By Ann Marie Leshkowich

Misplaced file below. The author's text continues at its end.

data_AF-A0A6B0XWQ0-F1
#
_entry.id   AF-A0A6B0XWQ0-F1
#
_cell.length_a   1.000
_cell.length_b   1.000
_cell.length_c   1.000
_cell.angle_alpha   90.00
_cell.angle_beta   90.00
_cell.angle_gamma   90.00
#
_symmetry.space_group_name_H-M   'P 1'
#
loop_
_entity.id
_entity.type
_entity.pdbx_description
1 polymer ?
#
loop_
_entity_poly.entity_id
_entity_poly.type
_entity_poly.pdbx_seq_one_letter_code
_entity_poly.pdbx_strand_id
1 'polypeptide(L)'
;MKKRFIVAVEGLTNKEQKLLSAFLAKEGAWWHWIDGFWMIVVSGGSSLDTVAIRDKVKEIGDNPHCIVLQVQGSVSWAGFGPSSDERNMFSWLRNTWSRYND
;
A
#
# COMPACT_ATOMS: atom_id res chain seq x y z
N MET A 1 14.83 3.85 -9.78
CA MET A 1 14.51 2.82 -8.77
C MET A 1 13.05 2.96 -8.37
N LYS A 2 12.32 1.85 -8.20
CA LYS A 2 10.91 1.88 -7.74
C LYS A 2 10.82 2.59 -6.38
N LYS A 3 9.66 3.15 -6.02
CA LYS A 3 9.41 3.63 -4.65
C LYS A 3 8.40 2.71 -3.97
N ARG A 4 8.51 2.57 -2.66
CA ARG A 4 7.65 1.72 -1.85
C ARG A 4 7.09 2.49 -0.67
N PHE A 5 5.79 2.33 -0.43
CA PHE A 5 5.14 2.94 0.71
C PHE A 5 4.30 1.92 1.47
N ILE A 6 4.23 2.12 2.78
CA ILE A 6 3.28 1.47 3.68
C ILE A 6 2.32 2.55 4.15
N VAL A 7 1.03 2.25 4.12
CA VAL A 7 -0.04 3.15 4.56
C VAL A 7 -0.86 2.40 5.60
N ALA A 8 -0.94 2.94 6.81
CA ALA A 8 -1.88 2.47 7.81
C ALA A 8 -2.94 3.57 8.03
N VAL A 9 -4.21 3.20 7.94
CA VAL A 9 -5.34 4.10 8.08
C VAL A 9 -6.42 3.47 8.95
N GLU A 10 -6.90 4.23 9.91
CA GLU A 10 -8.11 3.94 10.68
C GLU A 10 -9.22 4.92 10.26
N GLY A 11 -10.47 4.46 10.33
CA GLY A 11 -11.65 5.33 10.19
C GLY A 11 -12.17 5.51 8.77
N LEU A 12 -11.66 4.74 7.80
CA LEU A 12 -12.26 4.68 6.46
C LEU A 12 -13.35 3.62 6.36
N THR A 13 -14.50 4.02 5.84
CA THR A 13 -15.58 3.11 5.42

In late 1990s Việt Nam, urban areas such as Hồ Chí Minh City (formerly known as Sài Gòn) bustled with private entrepreneurship, and the ranks of conspicuously consuming middle classes swelled. As desirable as this development may have been, it made many urbanites, cultural critics, commentators, and government officials profoundly uneasy. Would markets, individualism, consumerism, and globalization wreak havoc with traditional moral values and family relationships? Would middle class parents give children lots of things, but neglect them in other ways? What would happen to family relationships as parents worked longer hours? Would unsupervised children get drawn into sex, drugs, and other aspects of urban street culture? Would the extended Vietnamese family disappear, taking with it values such as filial piety?